An Investigation of Jaw Stiffness in Children

D Finan, A Smith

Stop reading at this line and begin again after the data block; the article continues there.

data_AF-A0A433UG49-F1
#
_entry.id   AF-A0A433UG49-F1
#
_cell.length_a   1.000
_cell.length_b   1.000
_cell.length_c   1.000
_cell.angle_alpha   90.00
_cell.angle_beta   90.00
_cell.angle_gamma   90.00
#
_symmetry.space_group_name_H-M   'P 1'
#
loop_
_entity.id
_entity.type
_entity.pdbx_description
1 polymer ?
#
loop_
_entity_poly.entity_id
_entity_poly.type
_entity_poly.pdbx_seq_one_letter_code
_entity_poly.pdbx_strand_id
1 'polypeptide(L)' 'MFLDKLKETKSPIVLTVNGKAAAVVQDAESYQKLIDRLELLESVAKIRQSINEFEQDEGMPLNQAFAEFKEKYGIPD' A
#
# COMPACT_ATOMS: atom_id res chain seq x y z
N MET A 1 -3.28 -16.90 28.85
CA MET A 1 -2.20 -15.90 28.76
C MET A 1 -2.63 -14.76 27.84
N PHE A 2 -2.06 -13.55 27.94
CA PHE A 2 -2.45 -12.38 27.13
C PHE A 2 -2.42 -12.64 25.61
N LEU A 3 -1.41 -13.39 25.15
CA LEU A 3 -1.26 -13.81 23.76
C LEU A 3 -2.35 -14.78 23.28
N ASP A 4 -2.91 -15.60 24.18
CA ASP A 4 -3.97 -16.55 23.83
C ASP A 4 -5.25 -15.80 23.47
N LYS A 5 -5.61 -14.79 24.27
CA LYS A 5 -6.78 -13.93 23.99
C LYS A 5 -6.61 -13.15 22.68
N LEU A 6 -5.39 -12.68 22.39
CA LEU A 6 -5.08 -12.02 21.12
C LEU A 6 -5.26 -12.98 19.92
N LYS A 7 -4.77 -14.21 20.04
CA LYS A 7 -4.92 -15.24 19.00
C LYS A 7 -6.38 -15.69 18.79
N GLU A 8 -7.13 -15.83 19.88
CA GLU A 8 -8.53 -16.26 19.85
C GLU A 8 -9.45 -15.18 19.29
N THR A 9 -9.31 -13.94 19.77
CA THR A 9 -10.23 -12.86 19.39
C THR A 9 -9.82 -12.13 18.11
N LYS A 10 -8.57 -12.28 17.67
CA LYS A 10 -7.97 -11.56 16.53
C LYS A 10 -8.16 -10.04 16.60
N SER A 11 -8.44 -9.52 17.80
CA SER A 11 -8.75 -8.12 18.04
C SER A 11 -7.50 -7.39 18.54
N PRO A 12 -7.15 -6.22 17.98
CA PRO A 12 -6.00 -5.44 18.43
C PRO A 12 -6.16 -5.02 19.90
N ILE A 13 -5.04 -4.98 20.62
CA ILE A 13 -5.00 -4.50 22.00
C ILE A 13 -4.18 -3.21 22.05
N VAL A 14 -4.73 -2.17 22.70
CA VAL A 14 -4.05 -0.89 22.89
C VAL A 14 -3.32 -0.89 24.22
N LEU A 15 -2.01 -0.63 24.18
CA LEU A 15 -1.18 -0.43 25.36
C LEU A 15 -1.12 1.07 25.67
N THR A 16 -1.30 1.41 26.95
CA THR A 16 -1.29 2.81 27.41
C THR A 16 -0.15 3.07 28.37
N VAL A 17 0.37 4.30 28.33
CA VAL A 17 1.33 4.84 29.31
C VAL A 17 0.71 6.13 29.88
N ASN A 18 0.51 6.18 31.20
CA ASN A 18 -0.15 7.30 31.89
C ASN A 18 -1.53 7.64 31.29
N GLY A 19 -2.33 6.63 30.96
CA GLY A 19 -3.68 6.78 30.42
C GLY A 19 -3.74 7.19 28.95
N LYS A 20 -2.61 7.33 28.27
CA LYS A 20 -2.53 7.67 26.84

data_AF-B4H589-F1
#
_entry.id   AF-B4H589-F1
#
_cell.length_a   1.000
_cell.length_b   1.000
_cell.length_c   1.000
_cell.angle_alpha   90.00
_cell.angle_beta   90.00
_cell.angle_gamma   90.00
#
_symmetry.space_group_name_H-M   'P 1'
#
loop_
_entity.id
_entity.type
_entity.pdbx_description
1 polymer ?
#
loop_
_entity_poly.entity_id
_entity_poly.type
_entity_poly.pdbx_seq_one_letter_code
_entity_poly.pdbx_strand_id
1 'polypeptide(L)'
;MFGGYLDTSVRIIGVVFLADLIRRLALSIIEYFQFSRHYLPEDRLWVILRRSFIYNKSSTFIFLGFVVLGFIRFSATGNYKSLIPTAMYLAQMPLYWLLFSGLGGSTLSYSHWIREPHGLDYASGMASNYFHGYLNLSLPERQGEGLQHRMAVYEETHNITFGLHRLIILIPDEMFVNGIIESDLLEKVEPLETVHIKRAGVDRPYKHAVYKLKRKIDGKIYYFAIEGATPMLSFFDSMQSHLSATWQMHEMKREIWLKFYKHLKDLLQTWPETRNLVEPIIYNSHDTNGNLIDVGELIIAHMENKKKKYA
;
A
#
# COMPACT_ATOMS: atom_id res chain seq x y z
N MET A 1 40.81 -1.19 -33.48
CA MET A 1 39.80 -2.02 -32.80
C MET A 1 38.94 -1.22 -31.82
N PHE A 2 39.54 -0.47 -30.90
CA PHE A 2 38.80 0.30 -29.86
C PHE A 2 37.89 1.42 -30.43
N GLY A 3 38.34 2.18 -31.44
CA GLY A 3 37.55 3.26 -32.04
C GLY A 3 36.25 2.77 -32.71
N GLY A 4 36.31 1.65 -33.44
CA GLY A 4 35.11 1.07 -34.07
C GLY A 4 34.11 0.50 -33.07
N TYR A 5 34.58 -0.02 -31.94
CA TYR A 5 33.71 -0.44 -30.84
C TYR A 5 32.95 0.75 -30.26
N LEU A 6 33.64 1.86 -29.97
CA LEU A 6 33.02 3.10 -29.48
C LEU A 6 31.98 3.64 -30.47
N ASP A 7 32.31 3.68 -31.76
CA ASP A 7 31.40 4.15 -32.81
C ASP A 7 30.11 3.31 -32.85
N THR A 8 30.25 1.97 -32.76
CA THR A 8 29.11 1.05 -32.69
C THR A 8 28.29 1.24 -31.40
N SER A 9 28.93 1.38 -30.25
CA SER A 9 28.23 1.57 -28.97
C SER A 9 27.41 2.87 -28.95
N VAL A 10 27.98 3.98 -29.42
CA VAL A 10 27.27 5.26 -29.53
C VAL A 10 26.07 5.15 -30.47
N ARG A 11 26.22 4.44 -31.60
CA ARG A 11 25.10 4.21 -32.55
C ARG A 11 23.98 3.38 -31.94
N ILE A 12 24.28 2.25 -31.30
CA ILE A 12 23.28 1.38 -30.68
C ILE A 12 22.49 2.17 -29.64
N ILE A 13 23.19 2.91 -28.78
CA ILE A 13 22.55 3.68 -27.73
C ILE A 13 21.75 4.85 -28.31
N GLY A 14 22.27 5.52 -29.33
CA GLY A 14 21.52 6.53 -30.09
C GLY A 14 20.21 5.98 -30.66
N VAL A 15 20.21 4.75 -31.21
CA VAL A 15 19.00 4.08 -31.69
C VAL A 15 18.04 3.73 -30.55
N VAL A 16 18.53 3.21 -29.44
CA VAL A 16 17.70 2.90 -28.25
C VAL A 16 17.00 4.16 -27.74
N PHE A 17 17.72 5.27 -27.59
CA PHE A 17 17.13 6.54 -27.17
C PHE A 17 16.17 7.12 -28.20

Stiffness of a muscle-joint complex refers to resistance to applied displacement.  Joint stiffness consists of intrinsic and reflex components, both of which appear to change through development.  In adults, the short latency and powerful excitatory response of the jaw stretch reflex appears to contribute to functional stability of the mandible to external perturbation.  Properties of the jaw stretch reflex in children are similar to that of adults in terms of resultant force magnitude, but children have shorter reflex onset latencies.  Differences in reflex and intrinsic (mechanical) components of mandibular stiffness in children likely influence the magnitude and variability of jaw stiffness.  It was hypothesized that the properties of jaw stiffness would show a developmental progression that mirrored these reflex and intrinsic changes.  Sinusoidal displacements of the mandible at frequencies ranging from 3-12 Hz were applied to children (ages 5-10) and adults in order to calculate the magnitude and variability of mandibular stiffness.  Results indicated an increase in the magnitude of jaw stiffness with age as well as an increase in stiffness variability.  Data will be discussed in light of studies demonstrating decreases in speech motor variability with age.